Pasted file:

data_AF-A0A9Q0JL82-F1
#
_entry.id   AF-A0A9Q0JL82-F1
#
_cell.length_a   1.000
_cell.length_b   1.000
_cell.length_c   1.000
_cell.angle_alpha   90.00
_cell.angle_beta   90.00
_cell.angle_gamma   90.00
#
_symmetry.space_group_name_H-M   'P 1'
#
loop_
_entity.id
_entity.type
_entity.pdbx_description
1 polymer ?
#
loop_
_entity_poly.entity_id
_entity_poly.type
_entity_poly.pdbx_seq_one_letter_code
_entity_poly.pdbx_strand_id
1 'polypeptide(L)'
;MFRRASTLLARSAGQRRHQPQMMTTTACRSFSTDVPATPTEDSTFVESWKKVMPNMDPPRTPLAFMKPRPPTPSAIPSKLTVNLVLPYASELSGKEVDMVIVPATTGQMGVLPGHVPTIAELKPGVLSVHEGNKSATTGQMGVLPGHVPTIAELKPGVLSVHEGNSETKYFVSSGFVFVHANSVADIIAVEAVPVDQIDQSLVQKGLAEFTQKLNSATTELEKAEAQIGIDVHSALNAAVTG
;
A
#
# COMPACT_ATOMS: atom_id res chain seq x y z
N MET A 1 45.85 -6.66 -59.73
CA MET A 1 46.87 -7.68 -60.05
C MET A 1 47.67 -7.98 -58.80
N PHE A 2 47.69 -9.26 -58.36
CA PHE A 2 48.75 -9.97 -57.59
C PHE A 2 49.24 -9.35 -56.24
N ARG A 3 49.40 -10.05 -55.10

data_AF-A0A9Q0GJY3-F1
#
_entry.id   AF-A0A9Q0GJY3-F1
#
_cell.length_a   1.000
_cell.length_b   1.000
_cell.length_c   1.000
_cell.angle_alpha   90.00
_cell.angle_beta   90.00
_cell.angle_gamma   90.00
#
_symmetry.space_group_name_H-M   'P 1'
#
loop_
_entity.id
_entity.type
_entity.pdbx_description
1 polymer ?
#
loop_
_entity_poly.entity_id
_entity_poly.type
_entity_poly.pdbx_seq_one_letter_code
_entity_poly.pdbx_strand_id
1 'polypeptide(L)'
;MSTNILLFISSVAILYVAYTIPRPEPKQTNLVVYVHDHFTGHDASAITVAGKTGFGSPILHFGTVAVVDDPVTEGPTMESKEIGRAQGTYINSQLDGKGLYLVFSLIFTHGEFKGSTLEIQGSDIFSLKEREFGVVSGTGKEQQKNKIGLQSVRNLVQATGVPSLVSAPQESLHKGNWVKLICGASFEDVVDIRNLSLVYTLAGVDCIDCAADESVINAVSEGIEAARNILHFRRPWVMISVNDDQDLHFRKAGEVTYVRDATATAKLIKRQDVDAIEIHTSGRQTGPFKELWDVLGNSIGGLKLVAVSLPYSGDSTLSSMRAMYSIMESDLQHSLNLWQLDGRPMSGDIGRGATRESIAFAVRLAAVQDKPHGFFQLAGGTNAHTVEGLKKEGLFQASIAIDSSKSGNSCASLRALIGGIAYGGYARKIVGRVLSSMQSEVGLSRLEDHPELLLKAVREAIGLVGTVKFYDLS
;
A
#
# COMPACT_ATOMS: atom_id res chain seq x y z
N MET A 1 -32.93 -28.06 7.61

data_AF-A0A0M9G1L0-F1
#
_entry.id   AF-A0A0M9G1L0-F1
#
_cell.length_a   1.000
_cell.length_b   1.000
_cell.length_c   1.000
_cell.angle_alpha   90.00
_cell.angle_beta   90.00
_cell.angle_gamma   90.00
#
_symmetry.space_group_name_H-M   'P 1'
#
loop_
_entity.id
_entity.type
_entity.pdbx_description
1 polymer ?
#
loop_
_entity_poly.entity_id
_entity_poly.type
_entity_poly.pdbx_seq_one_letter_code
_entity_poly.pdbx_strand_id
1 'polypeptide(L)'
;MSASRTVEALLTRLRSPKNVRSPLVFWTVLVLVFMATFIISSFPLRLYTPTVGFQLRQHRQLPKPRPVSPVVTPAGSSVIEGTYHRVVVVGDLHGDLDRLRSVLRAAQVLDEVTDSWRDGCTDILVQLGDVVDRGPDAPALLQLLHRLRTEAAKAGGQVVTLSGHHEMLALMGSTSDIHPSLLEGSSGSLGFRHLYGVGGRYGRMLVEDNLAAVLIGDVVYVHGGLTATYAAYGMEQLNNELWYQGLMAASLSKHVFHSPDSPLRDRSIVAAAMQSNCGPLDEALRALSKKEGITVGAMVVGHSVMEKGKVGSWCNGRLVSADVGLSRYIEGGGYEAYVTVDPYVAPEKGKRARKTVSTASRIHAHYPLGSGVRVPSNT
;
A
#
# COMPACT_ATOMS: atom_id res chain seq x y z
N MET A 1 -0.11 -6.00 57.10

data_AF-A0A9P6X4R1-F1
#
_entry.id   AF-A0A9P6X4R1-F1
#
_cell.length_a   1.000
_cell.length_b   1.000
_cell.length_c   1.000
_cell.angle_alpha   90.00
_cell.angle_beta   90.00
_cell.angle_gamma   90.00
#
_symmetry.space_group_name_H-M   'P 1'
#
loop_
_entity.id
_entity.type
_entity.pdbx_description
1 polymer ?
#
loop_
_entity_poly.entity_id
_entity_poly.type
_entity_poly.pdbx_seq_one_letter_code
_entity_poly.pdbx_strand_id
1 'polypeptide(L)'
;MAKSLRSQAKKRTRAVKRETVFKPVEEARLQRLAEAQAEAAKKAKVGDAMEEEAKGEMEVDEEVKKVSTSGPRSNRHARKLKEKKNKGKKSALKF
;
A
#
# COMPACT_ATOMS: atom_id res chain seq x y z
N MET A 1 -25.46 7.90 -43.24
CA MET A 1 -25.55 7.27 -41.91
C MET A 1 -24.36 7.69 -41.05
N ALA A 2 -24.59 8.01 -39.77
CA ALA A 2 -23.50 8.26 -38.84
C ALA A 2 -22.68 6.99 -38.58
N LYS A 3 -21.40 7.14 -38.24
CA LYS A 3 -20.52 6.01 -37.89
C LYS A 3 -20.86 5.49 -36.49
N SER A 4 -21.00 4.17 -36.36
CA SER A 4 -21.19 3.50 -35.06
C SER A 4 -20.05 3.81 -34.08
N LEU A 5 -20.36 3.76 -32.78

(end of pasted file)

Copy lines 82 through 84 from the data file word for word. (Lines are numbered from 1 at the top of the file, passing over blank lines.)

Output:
loop_
_entity.id
_entity.type